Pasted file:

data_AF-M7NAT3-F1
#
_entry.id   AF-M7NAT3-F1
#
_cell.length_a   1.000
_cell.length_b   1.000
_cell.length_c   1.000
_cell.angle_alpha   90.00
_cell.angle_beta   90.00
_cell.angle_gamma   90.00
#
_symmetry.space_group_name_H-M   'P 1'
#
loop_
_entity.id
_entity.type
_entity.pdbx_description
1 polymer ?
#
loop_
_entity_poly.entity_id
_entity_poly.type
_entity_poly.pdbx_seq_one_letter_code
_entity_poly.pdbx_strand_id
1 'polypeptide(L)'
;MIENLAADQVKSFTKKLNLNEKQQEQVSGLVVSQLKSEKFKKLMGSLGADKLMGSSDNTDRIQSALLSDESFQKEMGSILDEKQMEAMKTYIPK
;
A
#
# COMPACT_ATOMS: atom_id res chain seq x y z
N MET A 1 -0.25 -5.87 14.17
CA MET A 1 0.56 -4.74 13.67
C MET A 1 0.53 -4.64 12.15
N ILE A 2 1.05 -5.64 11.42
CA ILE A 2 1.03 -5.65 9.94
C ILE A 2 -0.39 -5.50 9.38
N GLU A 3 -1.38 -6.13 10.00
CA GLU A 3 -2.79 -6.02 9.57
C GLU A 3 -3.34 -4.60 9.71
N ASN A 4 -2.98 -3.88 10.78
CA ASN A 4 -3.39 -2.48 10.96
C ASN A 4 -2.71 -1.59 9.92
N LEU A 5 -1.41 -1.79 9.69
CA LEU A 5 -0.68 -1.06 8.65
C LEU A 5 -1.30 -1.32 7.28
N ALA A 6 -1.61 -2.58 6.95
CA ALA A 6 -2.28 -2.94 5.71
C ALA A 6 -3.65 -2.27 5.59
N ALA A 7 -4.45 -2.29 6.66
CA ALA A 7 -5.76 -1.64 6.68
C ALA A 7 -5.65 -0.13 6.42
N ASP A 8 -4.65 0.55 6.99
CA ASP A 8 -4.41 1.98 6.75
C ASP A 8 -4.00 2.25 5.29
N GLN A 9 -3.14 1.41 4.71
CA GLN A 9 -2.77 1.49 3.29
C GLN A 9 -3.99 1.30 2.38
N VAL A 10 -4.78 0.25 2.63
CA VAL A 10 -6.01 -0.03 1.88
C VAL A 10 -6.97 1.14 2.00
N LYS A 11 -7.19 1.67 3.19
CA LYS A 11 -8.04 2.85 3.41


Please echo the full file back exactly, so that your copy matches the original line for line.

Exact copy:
data_AF-M7NAT3-F1
#
_entry.id   AF-M7NAT3-F1
#
_cell.length_a   1.000
_cell.length_b   1.000
_cell.length_c   1.000
_cell.angle_alpha   90.00
_cell.angle_beta   90.00
_cell.angle_gamma   90.00
#
_symmetry.space_group_name_H-M   'P 1'
#
loop_
_entity.id
_entity.type
_entity.pdbx_description
1 polymer ?
#
loop_
_entity_poly.entity_id
_entity_poly.type
_entity_poly.pdbx_seq_one_letter_code
_entity_poly.pdbx_strand_id
1 'polypeptide(L)'
;MIENLAADQVKSFTKKLNLNEKQQEQVSGLVVSQLKSEKFKKLMGSLGADKLMGSSDNTDRIQSALLSDESFQKEMGSILDEKQMEAMKTYIPK
;
A
#
# COMPACT_ATOMS: atom_id res chain seq x y z
N MET A 1 -0.25 -5.87 14.17
CA MET A 1 0.56 -4.74 13.67
C MET A 1 0.53 -4.64 12.15
N ILE A 2 1.05 -5.64 11.42
CA ILE A 2 1.03 -5.65 9.94
C ILE A 2 -0.39 -5.50 9.38
N GLU A 3 -1.38 -6.13 10.00
CA GLU A 3 -2.79 -6.02 9.57
C GLU A 3 -3.34 -4.60 9.71
N ASN A 4 -2.98 -3.88 10.78
CA ASN A 4 -3.39 -2.48 10.96
C ASN A 4 -2.71 -1.59 9.92
N LEU A 5 -1.41 -1.79 9.69
CA LEU A 5 -0.68 -1.06 8.65
C LEU A 5 -1.30 -1.32 7.28
N ALA A 6 -1.61 -2.58 6.95
CA ALA A 6 -2.28 -2.94 5.71
C ALA A 6 -3.65 -2.27 5.59
N ALA A 7 -4.45 -2.29 6.66
CA ALA A 7 -5.76 -1.64 6.68
C ALA A 7 -5.65 -0.13 6.42
N ASP A 8 -4.65 0.55 6.99
CA ASP A 8 -4.41 1.98 6.75
C ASP A 8 -4.00 2.25 5.29
N GLN A 9 -3.14 1.41 4.71
CA GLN A 9 -2.77 1.49 3.29
C GLN A 9 -3.99 1.30 2.38
N VAL A 10 -4.78 0.25 2.63
CA VAL A 10 -6.01 -0.03 1.88
C VAL A 10 -6.97 1.14 2.00
N LYS A 11 -7.19 1.67 3.19
CA LYS A 11 -8.04 2.85 3.41